The Blue & Gray Press

The University of Mary Washington Student Newspaper

Navigating “New Horizons”: Animal Crossing game offers escape during isolation

4 min read

"Animal Crossing: New Horizons" was released on March 20, 2020. (


Staff Writer

As COVID-19 worsens in the United States, people search for entertainment while they isolate themselves in their homes. Luckily, “Animal Crossing: New Horizons” was released last Friday on March 20, just in time to save the public from the boredom and restlessness of the quarantine.

To say the game is a success would be an understatement. Not only are their launch sales bigger than any of the other launch sales for the previous games in the series, but it is also the most successful game launch the Switch console has had so far. Numbers can only tell a gamer so much about a game though, leaving them wondering, how does New Horizons compare to previous Animal Crossing games?

Without a doubt, I can say that New Horizons is the best Animal Crossing game to date. The original concept of Animal Crossing that gives it heart remains, while also combining aspects from previous games in the series, and adding new ones.

The player begins the game by preparing to fly off to a deserted island with two other villagers where they will begin a new life. In these preparations players get to make their avatars, which for the first time in the series, allows avatars to have different skin colors.

Also new in this process is the ability to choose what your island is going to look like. In previous games, gamers were given a randomly generated town, but in New Horizons there are four maps players can choose from showing different island layouts. Players are not even restricted to these four islands though, as most of the landscape can be changed later in the game with new landscaping and waterscaping features.

Once the player is on their island they go through a welcoming ceremony where they are introduced to the concept of gathering materials and crafting. Although this concept was introduced in Animal Crossing’s mobile game Pocket Camp, this is the first Animal Crossing mainline game that features crafting. At first I was skeptical at the concept of crafting; I was worried it would remind me too much of Minecraft, and it does. New Horizons and Minecraft are very different games, however, with New Horizons being much more pure of heart. Due to this, I find myself not minding that the crafting system in New Horizons matches the crafting style of Minecraft.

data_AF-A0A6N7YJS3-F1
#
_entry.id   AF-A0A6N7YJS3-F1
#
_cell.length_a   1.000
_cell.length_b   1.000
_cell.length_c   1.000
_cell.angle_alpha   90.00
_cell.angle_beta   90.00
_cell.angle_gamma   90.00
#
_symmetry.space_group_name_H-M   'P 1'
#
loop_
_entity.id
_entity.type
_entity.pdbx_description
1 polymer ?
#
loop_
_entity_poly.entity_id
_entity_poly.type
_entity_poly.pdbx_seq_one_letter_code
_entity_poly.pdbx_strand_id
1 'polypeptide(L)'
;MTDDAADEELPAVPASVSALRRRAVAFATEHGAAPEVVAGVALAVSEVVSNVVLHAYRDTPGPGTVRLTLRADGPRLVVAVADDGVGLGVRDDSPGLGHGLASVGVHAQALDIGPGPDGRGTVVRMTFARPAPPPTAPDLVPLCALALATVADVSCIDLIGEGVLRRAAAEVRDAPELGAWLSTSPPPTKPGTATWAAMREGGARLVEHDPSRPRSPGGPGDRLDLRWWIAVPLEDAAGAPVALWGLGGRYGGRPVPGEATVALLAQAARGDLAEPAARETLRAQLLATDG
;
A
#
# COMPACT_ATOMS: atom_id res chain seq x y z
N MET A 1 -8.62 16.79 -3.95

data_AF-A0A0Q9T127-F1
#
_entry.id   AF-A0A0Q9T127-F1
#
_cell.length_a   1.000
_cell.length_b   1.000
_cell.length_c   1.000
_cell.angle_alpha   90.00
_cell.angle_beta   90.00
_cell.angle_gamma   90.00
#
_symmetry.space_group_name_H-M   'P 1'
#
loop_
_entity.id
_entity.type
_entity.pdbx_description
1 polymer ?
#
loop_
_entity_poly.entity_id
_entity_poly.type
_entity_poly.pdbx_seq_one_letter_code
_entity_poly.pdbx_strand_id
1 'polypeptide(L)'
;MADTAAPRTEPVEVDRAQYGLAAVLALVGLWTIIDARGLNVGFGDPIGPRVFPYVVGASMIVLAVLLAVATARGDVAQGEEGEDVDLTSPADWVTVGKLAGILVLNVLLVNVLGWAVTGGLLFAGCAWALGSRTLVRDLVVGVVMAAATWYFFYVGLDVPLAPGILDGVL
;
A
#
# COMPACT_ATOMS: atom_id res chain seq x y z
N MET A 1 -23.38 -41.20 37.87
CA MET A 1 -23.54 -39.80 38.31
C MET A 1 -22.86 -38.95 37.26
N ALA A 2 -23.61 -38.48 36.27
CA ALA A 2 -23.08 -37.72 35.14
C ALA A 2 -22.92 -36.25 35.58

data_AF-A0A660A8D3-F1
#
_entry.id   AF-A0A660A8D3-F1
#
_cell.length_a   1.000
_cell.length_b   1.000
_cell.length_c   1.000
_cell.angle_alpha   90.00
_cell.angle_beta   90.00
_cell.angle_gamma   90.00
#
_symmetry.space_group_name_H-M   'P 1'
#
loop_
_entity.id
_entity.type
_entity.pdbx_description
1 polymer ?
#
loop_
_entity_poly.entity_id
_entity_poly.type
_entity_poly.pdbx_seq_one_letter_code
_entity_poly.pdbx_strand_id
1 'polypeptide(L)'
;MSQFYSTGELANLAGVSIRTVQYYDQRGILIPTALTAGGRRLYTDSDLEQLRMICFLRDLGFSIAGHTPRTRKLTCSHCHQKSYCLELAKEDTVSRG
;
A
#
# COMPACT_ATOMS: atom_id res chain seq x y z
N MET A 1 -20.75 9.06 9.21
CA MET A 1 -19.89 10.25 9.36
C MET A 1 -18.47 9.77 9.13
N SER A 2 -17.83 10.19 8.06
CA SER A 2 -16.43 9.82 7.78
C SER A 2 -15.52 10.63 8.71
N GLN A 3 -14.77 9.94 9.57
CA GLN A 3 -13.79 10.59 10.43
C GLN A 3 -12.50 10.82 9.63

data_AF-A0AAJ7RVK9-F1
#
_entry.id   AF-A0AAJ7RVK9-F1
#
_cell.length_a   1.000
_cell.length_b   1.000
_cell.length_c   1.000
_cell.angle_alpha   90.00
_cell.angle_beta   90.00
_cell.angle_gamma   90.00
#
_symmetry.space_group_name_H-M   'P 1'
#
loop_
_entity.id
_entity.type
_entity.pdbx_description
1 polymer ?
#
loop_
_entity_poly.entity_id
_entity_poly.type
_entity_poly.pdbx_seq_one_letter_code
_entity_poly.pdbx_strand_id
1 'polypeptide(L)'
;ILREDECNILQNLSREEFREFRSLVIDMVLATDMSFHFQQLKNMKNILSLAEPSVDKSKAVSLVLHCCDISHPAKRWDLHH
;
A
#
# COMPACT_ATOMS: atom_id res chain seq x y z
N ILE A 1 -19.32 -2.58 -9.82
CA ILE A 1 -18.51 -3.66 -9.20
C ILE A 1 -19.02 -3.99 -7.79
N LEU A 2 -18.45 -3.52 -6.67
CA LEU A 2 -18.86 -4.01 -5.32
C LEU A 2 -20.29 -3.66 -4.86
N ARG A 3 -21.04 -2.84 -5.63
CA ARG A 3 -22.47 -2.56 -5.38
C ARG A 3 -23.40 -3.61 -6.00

Once the basics of the tutorial are over, players are free to progress the game however they wish. Gamers can fish, catch bugs, dig up fossils, interact with villagers and so on. Players may also progress in other ways such as building a museum, shops, houses, bridges and much more.

The biggest fault of the game that may turn people away is the inability to time travel. In previous Animal Crossing games, players have been able to change the date and time. If they were told something in the game would be built the next day, players could save their game and set the clock to the next day rather than wait in real time. New Horizons takes away that option.

Since time traveling is no longer a possibility, the game can drag at some points. Once a player runs out of ways to progress the game for the day, it may feel like there’s nothing else to do. However, I personally view the inability to time travel as a positive. While I do miss being able to grind through the game, having to play in real time allows me to enjoy aspects of the game I usually would not. This is the first Animal Crossing game that I am actually taking the time to make sure I catch all 80 bugs and fishes that are offered. Before I used them solely as a means of profit, and didn’t care if I caught them all. Since the game is no longer all about progressing through, I’ve come to have a new appreciation for doing such tasks for fun rather than profit.

Not being able to time travel also allows for the player to step away from the game. In previous games it was easy to get caught up in developing your town as quickly as possible. Gamers would stay holed up inside playing the game all day having forgotten the real world. Since only so much progress can be made in a day now, players are able to put down the game after playing for a few hours.

What really makes New Horizons so successful and great is that it came when we needed it most. Times are hard for everyone with the coronavirus outbreak, and New Horizons allows people to escape to a fantasy world with a kind community. It provides a stress-relieving outlet for people that are quarantined in their homes. With the real world going through a pandemic, it’s a relief to be able to escape to a virtual world that reminds us that, in the words of the Animal Crossing character Katrina, “bad times really are just times that are bad.”

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